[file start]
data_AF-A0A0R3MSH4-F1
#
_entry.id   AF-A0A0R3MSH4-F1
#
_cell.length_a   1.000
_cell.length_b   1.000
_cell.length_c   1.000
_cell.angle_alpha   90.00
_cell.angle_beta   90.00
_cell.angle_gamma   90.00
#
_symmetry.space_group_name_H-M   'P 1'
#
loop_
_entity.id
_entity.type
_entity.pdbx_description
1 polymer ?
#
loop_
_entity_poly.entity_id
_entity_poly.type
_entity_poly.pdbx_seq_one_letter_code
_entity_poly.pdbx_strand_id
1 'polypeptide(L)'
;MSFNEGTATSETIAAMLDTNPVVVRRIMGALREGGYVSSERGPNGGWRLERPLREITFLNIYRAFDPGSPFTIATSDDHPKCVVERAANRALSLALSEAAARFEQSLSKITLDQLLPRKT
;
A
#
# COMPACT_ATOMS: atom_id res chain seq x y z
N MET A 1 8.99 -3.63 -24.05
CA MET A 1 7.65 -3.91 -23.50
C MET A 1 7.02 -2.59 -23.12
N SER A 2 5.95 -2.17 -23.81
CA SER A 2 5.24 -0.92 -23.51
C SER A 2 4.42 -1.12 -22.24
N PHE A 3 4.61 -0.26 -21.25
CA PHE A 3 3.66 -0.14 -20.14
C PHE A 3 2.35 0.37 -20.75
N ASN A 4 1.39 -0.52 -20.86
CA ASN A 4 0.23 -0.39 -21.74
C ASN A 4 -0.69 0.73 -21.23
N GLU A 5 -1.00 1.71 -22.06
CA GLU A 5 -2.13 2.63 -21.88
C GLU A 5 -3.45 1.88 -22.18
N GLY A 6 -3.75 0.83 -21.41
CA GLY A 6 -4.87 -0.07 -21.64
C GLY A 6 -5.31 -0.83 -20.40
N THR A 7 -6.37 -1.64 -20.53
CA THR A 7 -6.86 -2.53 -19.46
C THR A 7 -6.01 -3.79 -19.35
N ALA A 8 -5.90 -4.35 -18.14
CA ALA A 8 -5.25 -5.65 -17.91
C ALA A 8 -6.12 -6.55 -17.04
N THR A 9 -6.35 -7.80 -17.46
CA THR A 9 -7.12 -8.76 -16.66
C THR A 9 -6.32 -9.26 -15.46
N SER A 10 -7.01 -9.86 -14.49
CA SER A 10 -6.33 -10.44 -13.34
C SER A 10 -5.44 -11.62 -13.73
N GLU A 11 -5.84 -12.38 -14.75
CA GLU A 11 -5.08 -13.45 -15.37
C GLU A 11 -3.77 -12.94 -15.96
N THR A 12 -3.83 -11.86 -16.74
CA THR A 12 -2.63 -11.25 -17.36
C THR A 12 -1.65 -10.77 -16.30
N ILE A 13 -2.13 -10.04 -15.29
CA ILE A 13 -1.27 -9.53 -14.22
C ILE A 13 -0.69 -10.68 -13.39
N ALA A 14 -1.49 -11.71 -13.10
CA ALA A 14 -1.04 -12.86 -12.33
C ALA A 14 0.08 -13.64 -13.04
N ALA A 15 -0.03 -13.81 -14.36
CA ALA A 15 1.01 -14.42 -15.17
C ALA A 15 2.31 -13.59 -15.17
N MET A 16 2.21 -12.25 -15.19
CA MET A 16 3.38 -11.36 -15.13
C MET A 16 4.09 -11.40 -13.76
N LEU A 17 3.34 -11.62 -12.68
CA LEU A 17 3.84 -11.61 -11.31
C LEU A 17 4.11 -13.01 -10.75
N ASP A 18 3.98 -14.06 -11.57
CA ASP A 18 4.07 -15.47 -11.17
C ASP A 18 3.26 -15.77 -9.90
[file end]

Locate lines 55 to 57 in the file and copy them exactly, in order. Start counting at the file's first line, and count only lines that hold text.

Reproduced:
N THR A 9 -6.35 -7.80 -17.46
CA THR A 9 -7.12 -8.76 -16.66
C THR A 9 -6.32 -9.26 -15.46